I went to Springbrook Prairie this morning to join a birdwalk but I must have pulled into the wrong parking lot. Having come a long way I was not discouraged; rather, I assembled all my gear and started my own hunt for fall migrants. It was a beautiful, crisp, clear fall day early, turning warmer later.
There were lots of White-Crowned Sparrows, and I heard several singing.
I heard another bird song I am not familiar with – five even-pitch, even-beat notes and one more note a fourth above the others. It reminded me of the Mozart sonata I am relearning. I don’t think I want to go through all the sonatas again but after hearing myself playing Mozart on old tapes I decided letting a little Mozart back into my life wouldn’t hurt, break up the Bach a little. Anyway, whatever this bird was singing matches the second half of the third movement of Mozart’s first C major sonata. There has been some speculation that Mozart got the idea for his “Musical Joke” from his pet starling, but I wouldn’t be surprised if he got a few more ideas from wild birds.
And then a little later I heard Eastern Meadowlarks singing. There were perhaps a dozen, but they kept flying by so quickly I could not catch a picture until one landed in a bush. I started singing back to one of them and he sang back to me – I wasn’t trying to imitate his sound, just the notes. So even though he was “countersinging” with me I don’t think it was out of competition, but sheer fun trading licks with an inexperienced human like me.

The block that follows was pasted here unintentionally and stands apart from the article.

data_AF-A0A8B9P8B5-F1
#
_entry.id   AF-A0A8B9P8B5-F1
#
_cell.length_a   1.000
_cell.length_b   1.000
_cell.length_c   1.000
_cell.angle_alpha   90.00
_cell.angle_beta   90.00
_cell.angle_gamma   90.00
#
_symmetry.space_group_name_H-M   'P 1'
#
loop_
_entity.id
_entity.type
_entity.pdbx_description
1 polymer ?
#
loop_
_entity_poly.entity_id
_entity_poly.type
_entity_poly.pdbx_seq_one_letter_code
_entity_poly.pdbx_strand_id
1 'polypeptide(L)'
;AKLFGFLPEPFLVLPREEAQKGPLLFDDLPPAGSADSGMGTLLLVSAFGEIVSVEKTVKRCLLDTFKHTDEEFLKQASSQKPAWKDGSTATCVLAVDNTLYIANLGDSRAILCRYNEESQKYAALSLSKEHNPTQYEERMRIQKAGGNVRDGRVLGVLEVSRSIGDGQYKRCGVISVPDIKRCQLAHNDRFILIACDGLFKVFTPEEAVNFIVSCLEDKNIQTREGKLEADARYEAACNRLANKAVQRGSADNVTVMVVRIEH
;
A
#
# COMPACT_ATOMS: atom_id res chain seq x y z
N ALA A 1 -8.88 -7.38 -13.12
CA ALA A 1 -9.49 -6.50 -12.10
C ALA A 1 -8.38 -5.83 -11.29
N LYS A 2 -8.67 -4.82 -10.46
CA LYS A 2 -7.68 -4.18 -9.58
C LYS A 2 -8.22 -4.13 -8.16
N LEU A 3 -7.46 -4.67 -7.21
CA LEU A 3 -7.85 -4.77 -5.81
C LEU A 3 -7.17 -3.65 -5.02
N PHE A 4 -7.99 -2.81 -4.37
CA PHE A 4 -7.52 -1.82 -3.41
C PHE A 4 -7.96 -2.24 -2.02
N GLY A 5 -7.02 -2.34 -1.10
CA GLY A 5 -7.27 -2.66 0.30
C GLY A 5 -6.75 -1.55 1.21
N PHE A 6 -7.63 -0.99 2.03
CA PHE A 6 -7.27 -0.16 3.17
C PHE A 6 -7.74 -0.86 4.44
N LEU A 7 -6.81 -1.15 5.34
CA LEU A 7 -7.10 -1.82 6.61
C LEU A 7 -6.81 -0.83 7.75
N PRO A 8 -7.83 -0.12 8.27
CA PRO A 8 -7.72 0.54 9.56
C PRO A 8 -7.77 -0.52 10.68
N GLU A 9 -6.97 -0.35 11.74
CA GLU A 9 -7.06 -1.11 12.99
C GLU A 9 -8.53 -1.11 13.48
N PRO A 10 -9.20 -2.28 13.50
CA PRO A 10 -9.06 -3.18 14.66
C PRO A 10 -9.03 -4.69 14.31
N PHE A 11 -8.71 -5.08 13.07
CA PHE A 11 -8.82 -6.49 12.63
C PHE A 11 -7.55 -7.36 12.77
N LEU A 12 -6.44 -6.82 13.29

Just when I thought I’d heard all the Meadowlark songs I was going to, one bird turned the song upside down and the four notes matched exactly the first four notes ot Debussy’s “Golliwog’s Cakewalk” which is a piece I played when I was a child. Don’t you know I was stuck with that in my head for the next couple hours.
A few birds who weren’t singing posed for me.
Ironically, the only Song Sparrow I heard singing was a juvenile who really messed up his song. But he’ll get it right by spring, I’m sure.